The following students have been appointed Undergraduate Student Associates for the 2013–2014 academic year and have received grants to support travel in connection with their senior thesis research on international affairs.
Ainara Arcelus (Applied Mathematics) Williams/Lodge International Government and Public Affairs Fellow. A statistical analysis of Zara factory conditions.
Xanni Brown (Social Studies) Rogers Family Research Fellow. Causes and diffusions of recent mineworker protests in South Africa.
Katryna Cadle (Anthropology) Williams/Lodge International Government and Public Affairs Fellow. Language and labor in call centers in the Philippines.
Eric Chung (Government) Transatlantic Relations Undergraduate Research Fellow. Comparative politics of education, including the human right to education and its legal, social, and cultural reception in Finland and the United States and how this recognition influences education policy and outcomes.
Anne Marie Creighton (History) Williams/Lodge International Government and Public Affairs Fellow. Classical influence on Spanish colonial governance in sixteenth-century Peru.
Christian Føhrby (Government) Williams/Lodge International Government and Public Affairs Fellow. The influence of the Chinese educational system on Chinese experience of global citizenship.
Haemin Jee (Government) Simmons Family Research Fellow. Exploring the role of the Internet and other media influencing Chinese university students’ volunteerism.
Mark Krass (Social Studies) Canada Undergraduate Research Fellow. The role of ethno-cultural diversity of immigrant social networks in fostering generalized and institutional trust.
Lauren O. Libby (History and Literature) Global History Undergraduate Research Fellow. Development of somatic therapies in colonial French North Africa by discovering how more therapies were shaped by colonial and Western medical discourse as well as how these therapies shaped these discourses in turn.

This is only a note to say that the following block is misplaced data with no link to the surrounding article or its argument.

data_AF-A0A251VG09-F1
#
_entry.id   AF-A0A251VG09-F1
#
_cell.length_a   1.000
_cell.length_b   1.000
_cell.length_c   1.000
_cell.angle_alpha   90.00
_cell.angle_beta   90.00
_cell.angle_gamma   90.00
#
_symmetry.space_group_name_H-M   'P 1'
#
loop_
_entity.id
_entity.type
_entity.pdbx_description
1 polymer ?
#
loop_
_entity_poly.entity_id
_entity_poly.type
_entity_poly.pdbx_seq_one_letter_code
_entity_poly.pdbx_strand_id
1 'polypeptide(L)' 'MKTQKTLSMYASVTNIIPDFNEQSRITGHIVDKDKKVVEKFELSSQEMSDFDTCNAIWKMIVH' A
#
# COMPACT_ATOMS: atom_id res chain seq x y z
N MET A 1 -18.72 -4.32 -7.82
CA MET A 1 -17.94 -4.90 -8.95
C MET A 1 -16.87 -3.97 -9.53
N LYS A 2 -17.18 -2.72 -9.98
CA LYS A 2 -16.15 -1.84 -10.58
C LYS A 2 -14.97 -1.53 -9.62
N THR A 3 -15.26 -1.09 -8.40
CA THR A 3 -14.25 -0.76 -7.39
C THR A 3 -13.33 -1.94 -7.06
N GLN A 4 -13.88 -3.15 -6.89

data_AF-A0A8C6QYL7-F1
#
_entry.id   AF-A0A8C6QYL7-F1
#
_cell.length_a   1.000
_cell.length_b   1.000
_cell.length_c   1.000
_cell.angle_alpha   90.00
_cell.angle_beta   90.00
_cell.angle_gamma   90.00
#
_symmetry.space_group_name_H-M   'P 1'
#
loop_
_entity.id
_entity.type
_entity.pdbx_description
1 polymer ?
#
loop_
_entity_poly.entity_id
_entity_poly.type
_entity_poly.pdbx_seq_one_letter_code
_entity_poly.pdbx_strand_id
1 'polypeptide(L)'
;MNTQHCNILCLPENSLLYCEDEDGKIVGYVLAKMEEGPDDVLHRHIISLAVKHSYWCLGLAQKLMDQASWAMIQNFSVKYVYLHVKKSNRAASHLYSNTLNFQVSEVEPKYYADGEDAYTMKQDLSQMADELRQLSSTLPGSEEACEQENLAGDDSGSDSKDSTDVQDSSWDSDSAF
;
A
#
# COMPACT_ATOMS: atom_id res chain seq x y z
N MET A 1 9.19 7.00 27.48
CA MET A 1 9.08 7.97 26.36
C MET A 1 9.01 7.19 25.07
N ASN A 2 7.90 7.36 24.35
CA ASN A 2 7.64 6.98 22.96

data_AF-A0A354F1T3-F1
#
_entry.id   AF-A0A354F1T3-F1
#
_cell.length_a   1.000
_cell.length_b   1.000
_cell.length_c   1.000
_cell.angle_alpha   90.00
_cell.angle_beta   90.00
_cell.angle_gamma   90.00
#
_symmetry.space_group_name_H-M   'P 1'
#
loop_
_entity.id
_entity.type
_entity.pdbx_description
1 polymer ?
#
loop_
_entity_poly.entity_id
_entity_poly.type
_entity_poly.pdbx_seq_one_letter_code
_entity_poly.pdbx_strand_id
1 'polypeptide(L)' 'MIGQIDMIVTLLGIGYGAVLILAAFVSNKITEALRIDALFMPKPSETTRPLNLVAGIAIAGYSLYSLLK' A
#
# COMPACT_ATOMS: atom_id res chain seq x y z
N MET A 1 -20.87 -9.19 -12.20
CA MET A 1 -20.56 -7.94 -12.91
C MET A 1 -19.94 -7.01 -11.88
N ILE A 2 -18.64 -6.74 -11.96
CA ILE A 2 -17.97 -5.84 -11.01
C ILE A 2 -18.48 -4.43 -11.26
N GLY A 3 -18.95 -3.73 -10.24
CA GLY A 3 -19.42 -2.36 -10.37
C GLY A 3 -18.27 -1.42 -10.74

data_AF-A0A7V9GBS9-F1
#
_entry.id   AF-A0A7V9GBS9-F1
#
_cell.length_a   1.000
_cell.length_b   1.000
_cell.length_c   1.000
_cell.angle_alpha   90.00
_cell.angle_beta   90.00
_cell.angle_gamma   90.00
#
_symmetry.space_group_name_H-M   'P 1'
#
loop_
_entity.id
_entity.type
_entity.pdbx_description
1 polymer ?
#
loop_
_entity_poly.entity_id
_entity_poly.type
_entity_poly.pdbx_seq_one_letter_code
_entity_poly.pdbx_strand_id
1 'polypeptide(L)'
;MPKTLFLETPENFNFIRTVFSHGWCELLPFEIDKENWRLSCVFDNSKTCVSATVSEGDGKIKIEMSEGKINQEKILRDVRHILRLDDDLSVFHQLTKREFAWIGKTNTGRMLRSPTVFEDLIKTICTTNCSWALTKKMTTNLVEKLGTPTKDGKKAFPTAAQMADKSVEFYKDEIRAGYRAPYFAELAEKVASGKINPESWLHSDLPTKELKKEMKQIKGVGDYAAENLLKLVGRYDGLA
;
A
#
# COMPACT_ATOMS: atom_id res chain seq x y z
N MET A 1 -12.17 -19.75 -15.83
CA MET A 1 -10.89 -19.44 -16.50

Randi Michel (Social Studies) Rogers Family Research Fellow. Exploring the relationship between South Africa’s domestic democratic transition and its foreign policy approach to conflict intervention.
Ada Lin (Social Studies) Undergraduate Associate. Excavating the Red Corridor: An Intellectual History of the Naxalite Movement.
David Goodall Miller (Social Studies) Global History Undergraduate Research Fellow. Governmental framing of torture by democratic countries, particularly the United Kingdom and the United States.
Nataliya Nedzhvetskaya (Social Studies) Rogers Family Research Fellow. A Study of community health evangelism application in South Africa, Zambia, and the Democratic Republic of Congo.
Kefhira Pintos (Social Studies) Rogers Family Research Fellow. Sports-for-development organizations and their community involvement to understand and push forth institutional based social movement theory.
Ben Raderstorf (Social Studies) Samuels Family Research Fellow. Clientelism and political parties in Argentina and Chile with a focus on new social programs.
Jonathan D. Reindollar (East Asian Studies) Williams/Lodge International Government and Public Affairs Fellow. How Shenzhen and Hong Kong generated an informal precursor to international investment laws.
Jessica C. Salley (Near Eastern Languages and Civilizations) Williams/Lodge International Government and Public Affairs Fellow. The reconstruction of Izmir and the development of the Turkish nation-state.
Paolo P. Singer (Economics) Williams/Lodge International Government and Public Affairs Fellow. The growth of the high-technology service economy in India and the sector’s impact on industrialization and urban development, in the context of other South and East Asian countries that have experienced rapid growth primarily in manufacturing.
Aaron E. Watanabe (Government) Samuels Family Research Fellow. Democratic breakdown and survival in the Andes during the 2000s focusing on Peru as a case of surprising democratic persistence.
Jennifer Q. Zhu (Government) Rogers Family Research Fellow. Maximizing adoption of public health interventions across social and cultural contexts.
2013 Thomas Temple Hoopes Prize Winners
The Weatherhead Center congratulates the following Undergraduate Associates who were among the eighty-one Harvard undergraduates awarded 2013 Thomas Temple Hoopes Prizes on the basis of their outstanding scholarly work or research.
Aditya Balasubramanian (History) “‘From Socialism to Swatantra’: Market Liberalism in India, 1943–1970.” Balasubramanian was also the recipient of a Colton Prize for excellence in preparation of senior thesis in history.
Katie L. Gallogly-Swan (Anthropology) “‘Real’ Scottish: Emergent Voices in a Musical Community in Glasgow.”
Julian Baird Gewirtz (History) “River Crossings: The Influence of Western Economists on Chinese Reform, 1978–1988.”